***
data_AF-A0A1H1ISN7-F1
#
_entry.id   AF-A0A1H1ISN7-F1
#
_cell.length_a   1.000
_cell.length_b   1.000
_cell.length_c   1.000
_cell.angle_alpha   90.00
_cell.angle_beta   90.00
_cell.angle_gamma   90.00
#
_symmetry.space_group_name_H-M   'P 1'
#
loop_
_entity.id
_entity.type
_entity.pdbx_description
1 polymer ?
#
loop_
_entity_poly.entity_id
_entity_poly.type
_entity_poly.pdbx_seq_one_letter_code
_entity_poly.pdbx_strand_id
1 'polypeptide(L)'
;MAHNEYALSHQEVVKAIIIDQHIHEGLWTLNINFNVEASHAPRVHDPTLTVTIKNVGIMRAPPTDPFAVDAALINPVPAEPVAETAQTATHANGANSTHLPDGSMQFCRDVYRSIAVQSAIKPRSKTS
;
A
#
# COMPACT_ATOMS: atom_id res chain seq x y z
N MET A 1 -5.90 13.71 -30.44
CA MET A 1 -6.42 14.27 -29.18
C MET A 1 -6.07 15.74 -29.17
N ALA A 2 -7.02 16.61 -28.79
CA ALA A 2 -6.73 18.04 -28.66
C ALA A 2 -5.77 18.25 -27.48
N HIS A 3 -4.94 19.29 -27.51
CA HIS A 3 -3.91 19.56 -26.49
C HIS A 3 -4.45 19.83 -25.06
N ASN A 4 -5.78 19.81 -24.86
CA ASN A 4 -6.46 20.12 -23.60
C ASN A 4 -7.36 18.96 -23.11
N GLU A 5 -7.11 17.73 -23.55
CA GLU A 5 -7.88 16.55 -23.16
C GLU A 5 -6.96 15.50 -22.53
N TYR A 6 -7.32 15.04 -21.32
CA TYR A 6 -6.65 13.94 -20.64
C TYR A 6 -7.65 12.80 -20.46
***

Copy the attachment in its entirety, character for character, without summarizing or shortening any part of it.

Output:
data_AF-A0A1H1ISN7-F1
#
_entry.id   AF-A0A1H1ISN7-F1
#
_cell.length_a   1.000
_cell.length_b   1.000
_cell.length_c   1.000
_cell.angle_alpha   90.00
_cell.angle_beta   90.00
_cell.angle_gamma   90.00
#
_symmetry.space_group_name_H-M   'P 1'
#
loop_
_entity.id
_entity.type
_entity.pdbx_description
1 polymer ?
#
loop_
_entity_poly.entity_id
_entity_poly.type
_entity_poly.pdbx_seq_one_letter_code
_entity_poly.pdbx_strand_id
1 'polypeptide(L)'
;MAHNEYALSHQEVVKAIIIDQHIHEGLWTLNINFNVEASHAPRVHDPTLTVTIKNVGIMRAPPTDPFAVDAALINPVPAEPVAETAQTATHANGANSTHLPDGSMQFCRDVYRSIAVQSAIKPRSKTS
;
A
#
# COMPACT_ATOMS: atom_id res chain seq x y z
N MET A 1 -5.90 13.71 -30.44
CA MET A 1 -6.42 14.27 -29.18
C MET A 1 -6.07 15.74 -29.17
N ALA A 2 -7.02 16.61 -28.79
CA ALA A 2 -6.73 18.04 -28.66
C ALA A 2 -5.77 18.25 -27.48
N HIS A 3 -4.94 19.29 -27.51
CA HIS A 3 -3.91 19.56 -26.49
C HIS A 3 -4.45 19.83 -25.06
N ASN A 4 -5.78 19.81 -24.86
CA ASN A 4 -6.46 20.12 -23.60
C ASN A 4 -7.36 18.96 -23.11
N GLU A 5 -7.11 17.73 -23.55
CA GLU A 5 -7.88 16.55 -23.16
C GLU A 5 -6.96 15.50 -22.53
N TYR A 6 -7.32 15.04 -21.32
CA TYR A 6 -6.65 13.94 -20.64
C TYR A 6 -7.65 12.80 -20.46